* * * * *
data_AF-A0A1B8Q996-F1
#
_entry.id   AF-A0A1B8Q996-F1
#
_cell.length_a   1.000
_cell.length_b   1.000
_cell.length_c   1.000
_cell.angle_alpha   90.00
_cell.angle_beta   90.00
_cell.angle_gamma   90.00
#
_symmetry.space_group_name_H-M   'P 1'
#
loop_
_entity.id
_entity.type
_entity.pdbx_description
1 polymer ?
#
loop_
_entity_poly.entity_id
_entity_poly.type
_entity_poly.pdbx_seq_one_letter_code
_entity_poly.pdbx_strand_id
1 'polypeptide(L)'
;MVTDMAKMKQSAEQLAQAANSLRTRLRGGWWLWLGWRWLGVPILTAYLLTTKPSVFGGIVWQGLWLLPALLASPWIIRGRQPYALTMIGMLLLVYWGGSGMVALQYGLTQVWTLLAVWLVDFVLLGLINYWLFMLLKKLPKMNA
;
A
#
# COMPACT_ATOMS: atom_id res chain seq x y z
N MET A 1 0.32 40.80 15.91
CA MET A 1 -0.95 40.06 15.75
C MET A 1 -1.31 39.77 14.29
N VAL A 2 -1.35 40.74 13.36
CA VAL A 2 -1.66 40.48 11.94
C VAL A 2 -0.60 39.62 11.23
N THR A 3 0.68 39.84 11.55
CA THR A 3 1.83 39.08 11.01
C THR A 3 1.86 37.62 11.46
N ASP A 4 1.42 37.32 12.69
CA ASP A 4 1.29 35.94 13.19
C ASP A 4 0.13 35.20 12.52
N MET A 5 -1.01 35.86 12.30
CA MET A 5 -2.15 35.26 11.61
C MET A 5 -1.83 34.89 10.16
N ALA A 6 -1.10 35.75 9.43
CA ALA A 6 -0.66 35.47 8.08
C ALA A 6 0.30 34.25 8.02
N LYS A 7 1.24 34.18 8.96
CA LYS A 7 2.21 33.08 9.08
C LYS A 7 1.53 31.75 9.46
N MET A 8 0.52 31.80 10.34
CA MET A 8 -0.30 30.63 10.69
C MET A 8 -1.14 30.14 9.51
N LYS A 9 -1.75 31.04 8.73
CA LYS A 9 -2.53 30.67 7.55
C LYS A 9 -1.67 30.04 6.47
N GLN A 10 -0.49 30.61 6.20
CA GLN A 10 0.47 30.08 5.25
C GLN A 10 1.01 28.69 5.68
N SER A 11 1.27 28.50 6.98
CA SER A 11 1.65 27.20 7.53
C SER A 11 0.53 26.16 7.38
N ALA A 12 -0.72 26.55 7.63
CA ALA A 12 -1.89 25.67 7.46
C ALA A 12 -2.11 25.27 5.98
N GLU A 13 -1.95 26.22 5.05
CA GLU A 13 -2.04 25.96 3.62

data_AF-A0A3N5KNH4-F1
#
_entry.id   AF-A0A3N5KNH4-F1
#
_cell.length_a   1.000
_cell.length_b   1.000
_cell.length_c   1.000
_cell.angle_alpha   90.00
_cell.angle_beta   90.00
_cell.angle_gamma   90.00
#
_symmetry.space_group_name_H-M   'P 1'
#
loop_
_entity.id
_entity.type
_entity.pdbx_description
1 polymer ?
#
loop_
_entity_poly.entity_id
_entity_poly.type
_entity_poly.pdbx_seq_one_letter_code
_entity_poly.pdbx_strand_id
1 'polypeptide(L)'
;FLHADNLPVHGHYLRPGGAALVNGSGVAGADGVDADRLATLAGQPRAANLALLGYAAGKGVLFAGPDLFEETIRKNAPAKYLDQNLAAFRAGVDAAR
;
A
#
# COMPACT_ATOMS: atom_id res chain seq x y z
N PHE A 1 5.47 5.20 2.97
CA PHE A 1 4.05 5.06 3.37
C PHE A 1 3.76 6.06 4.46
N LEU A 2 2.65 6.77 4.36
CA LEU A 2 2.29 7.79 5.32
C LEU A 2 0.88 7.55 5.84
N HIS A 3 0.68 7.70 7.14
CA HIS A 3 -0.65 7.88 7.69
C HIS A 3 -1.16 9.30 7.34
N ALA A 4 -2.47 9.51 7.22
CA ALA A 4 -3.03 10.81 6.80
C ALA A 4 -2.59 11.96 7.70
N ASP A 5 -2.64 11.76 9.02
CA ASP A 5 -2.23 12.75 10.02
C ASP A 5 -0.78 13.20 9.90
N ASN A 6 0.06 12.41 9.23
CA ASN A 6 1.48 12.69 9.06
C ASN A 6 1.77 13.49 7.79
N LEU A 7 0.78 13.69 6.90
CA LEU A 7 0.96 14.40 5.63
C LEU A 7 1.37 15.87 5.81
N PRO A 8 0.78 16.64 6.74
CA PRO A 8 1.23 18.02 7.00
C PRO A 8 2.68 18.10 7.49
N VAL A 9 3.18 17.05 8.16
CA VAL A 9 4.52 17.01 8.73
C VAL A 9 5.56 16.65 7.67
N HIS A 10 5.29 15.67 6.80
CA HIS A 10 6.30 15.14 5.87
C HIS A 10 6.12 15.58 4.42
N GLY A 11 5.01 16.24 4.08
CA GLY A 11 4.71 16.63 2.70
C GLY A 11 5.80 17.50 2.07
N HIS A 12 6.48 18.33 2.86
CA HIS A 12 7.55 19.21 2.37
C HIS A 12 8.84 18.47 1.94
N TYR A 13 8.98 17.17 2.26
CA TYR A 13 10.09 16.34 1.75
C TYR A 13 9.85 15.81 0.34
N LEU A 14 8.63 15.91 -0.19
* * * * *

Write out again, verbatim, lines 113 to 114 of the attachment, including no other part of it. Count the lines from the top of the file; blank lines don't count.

C ASP A 5 -0.78 13.20 9.90
N ASN A 6 0.06 12.41 9.23